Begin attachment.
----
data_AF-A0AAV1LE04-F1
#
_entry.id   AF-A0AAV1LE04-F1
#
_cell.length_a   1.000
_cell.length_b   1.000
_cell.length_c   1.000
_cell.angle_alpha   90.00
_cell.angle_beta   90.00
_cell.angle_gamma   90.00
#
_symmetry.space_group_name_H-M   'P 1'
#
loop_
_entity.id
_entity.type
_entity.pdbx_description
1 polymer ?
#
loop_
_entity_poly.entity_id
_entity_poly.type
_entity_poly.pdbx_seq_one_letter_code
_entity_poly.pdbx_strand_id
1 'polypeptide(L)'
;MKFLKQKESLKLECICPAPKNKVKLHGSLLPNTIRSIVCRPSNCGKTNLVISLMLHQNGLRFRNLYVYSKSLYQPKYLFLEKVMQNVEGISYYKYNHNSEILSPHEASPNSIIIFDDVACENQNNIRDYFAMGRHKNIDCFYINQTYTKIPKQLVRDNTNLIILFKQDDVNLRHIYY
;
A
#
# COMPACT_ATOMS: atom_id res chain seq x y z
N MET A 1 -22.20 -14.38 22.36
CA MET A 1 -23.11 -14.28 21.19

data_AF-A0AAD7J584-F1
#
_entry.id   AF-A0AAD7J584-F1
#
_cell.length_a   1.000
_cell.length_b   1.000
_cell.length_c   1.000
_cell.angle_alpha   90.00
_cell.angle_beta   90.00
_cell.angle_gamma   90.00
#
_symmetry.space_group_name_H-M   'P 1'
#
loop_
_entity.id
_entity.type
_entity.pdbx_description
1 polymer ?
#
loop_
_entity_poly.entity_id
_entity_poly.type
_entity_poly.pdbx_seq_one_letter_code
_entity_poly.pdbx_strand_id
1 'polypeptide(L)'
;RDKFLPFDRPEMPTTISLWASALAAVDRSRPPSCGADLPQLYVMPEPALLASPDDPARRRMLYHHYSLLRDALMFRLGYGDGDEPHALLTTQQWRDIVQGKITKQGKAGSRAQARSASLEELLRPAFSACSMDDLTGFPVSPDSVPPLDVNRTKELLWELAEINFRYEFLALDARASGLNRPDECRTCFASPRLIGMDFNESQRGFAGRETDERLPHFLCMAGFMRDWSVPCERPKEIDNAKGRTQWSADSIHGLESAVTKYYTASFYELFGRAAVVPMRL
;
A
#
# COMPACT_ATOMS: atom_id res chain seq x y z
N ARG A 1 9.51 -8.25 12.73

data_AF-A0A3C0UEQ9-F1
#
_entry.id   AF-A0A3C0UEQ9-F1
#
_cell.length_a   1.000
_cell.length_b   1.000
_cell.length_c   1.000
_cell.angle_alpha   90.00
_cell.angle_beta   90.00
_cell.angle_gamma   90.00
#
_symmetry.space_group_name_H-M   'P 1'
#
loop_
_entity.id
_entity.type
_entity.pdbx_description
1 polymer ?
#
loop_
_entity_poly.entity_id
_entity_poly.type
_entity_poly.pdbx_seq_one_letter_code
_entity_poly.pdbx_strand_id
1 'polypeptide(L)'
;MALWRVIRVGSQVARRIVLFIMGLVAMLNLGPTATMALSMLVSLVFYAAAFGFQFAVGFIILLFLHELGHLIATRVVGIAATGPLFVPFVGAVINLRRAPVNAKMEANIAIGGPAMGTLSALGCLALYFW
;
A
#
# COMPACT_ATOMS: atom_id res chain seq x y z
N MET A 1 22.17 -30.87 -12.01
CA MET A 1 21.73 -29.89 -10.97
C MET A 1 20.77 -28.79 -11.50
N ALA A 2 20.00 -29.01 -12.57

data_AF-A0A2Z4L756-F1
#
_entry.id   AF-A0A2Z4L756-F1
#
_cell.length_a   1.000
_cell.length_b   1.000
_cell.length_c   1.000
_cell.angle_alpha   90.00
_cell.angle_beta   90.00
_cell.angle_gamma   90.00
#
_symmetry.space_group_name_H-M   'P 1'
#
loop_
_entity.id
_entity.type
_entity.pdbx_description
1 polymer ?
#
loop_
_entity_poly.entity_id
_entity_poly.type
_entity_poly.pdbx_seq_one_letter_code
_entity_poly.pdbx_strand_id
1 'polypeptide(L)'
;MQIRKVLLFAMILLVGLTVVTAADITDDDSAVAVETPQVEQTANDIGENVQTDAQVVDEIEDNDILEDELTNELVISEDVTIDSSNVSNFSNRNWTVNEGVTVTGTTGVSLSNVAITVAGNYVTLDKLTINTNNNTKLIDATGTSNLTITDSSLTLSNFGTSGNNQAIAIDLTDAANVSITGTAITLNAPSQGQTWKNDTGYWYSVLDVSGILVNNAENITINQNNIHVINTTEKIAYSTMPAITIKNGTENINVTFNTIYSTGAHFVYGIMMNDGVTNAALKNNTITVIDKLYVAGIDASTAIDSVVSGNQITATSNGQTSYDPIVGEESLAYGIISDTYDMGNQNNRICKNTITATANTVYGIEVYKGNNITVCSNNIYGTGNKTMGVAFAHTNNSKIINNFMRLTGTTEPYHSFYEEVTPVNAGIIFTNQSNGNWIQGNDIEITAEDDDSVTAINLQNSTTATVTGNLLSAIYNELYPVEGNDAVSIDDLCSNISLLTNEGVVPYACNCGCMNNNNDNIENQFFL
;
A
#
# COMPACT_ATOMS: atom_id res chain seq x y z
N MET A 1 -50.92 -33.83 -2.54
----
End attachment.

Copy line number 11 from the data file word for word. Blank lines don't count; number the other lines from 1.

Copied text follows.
#